A new strain of the COVID-19 virus has been identified by a team of scientists at Texas A&M University Global Health Research Complex. The strain could prove to be more contagious and resistant to neutralizing antibodies.

Scientists who discovered the BV-1 variant — named after the Brazos Valley region where Texas A&M and the research center are located — said the mutation was found in only one person, but concerning the researchers was its similarities to the U.K. B.1.1.7 strain of COVID-19.

“We do not at present know the full significance of this variant, but it has a combination of mutations similar to other internationally notifiable variants of concern,” Global Health Research Complex Chief Virologist Ben Neuman said in a statement. “This variant combines genetic markers separately associated with rapid spread, severe disease and high resistance to neutralizing antibodies.”

The BV.1 mutation was detected via a saliva sample taken from a Texas A&M student as part of the university’s ongoing coronavirus testing program. The student’s test sample was positive for the virus on March 5.

The student, who resides off-campus, was given a second COVID test on March 25 that was also positive for the virus, which has led scientists to believe indicates that the BV-1 variant may have a longer infection period for adults aged 18 to 24.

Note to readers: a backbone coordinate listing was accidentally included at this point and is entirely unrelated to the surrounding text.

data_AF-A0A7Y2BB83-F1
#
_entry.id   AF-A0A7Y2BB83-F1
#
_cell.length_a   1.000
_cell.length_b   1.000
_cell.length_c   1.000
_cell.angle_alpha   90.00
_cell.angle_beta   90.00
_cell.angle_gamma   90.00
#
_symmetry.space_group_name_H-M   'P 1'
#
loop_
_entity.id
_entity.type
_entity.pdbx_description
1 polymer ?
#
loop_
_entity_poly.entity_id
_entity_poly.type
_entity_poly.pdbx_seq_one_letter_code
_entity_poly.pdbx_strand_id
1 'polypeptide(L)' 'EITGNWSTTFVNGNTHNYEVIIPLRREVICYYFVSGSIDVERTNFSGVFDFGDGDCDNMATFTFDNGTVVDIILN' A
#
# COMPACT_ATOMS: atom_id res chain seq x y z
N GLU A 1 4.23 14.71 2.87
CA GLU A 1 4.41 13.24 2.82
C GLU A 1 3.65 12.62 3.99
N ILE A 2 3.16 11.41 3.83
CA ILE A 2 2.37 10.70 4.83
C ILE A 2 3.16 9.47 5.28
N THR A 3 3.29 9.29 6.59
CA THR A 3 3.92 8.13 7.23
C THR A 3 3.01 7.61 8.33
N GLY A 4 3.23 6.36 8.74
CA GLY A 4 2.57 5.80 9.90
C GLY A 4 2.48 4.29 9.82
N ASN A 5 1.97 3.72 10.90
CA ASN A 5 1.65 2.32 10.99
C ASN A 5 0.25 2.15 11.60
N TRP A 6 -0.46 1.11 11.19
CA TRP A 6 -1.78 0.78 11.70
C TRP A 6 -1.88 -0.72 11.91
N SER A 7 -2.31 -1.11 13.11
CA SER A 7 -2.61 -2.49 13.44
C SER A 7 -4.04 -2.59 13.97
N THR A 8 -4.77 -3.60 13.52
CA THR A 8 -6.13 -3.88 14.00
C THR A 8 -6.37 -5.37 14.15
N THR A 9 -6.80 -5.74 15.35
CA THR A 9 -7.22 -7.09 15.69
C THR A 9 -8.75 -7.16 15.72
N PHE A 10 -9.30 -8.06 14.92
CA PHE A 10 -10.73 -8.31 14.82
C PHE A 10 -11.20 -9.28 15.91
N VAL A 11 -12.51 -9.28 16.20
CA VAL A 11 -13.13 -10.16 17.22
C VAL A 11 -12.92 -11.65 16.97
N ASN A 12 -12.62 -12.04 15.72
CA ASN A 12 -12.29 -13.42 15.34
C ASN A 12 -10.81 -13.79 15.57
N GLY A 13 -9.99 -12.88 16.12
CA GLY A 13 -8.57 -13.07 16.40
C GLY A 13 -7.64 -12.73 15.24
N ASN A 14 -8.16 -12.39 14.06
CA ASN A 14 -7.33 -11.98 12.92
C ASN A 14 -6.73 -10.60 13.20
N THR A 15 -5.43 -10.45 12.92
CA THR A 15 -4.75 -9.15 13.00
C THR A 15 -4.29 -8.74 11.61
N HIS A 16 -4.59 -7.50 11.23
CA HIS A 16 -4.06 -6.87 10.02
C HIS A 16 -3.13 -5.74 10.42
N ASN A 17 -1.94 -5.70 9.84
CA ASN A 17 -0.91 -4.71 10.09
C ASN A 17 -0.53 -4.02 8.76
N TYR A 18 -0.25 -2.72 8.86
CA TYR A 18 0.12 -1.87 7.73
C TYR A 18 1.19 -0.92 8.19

On April 9, a third COVID test was given to the student, which was negative, showing no signs of the virus.

During the infection period, the student had mild, cold-like symptoms that never progressed, the researchers said.

While no other cases of the BV-1 variant have been found at this time, the scientists at GHRC have performed genetic sequence analysis in-lab on the sample and are watching closely for more student cases involving the BV-1 strain, giving its “potentially concerning genetic make-up.

According to the scientists at the Global Health Research Complex, it is performing genetic sequencing on asymptomatic students to find concerning mutations of COVID-19 before they can cause severe illnesses.

“Sequencing helps to provide an early warning system for new variants,” Neuman said. “Though we may not yet understand the full significance of BV-1, the variant highlights an ongoing need for rigorous surveillance and genomic testing, including among young adults with no symptoms or only mild symptoms.”

A paper on the BV-1 variant was submitted to the Centers for Disease Control and Prevention in Atlanta by the research team at the Global Health Research Complex.

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